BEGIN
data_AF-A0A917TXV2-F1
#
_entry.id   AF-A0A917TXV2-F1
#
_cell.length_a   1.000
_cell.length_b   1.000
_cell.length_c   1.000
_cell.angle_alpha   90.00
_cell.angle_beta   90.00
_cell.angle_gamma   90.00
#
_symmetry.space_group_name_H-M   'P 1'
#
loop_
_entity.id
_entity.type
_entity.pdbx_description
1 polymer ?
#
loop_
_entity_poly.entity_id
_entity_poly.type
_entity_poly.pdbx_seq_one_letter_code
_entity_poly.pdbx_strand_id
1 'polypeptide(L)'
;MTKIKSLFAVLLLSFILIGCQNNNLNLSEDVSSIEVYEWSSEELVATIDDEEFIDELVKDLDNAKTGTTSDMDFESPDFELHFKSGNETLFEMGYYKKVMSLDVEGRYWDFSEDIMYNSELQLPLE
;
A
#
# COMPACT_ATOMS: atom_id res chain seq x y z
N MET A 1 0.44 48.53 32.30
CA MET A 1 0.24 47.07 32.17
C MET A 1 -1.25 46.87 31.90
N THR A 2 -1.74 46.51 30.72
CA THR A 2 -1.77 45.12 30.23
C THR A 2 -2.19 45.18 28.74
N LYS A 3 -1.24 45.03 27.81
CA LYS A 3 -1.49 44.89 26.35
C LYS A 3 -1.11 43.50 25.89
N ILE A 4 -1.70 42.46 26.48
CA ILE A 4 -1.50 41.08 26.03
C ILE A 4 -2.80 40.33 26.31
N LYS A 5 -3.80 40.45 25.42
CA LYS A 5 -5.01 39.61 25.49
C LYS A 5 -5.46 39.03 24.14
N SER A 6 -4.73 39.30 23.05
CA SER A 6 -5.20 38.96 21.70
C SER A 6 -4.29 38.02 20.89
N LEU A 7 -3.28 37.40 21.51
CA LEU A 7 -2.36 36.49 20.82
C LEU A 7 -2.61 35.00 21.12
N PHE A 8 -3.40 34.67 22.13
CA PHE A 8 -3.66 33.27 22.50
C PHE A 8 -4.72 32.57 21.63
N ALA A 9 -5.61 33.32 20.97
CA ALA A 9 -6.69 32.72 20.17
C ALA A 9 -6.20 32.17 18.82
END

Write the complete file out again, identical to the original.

data_AF-A0A917TXV2-F1
#
_entry.id   AF-A0A917TXV2-F1
#
_cell.length_a   1.000
_cell.length_b   1.000
_cell.length_c   1.000
_cell.angle_alpha   90.00
_cell.angle_beta   90.00
_cell.angle_gamma   90.00
#
_symmetry.space_group_name_H-M   'P 1'
#
loop_
_entity.id
_entity.type
_entity.pdbx_description
1 polymer ?
#
loop_
_entity_poly.entity_id
_entity_poly.type
_entity_poly.pdbx_seq_one_letter_code
_entity_poly.pdbx_strand_id
1 'polypeptide(L)'
;MTKIKSLFAVLLLSFILIGCQNNNLNLSEDVSSIEVYEWSSEELVATIDDEEFIDELVKDLDNAKTGTTSDMDFESPDFELHFKSGNETLFEMGYYKKVMSLDVEGRYWDFSEDIMYNSELQLPLE
;
A
#
# COMPACT_ATOMS: atom_id res chain seq x y z
N MET A 1 0.44 48.53 32.30
CA MET A 1 0.24 47.07 32.17
C MET A 1 -1.25 46.87 31.90
N THR A 2 -1.74 46.51 30.72
CA THR A 2 -1.77 45.12 30.23
C THR A 2 -2.19 45.18 28.74
N LYS A 3 -1.24 45.03 27.81
CA LYS A 3 -1.49 44.89 26.35
C LYS A 3 -1.11 43.50 25.89
N ILE A 4 -1.70 42.46 26.48
CA ILE A 4 -1.50 41.08 26.03
C ILE A 4 -2.80 40.33 26.31
N LYS A 5 -3.80 40.45 25.42
CA LYS A 5 -5.01 39.61 25.49
C LYS A 5 -5.46 39.03 24.14
N SER A 6 -4.73 39.30 23.05
CA SER A 6 -5.20 38.96 21.70
C SER A 6 -4.29 38.02 20.89
N LEU A 7 -3.28 37.40 21.51
CA LEU A 7 -2.36 36.49 20.82
C LEU A 7 -2.61 35.00 21.12
N PHE A 8 -3.40 34.67 22.13
CA PHE A 8 -3.66 33.27 22.50
C PHE A 8 -4.72 32.57 21.63
N ALA A 9 -5.61 33.32 20.97
CA ALA A 9 -6.69 32.72 20.17
C ALA A 9 -6.20 32.17 18.82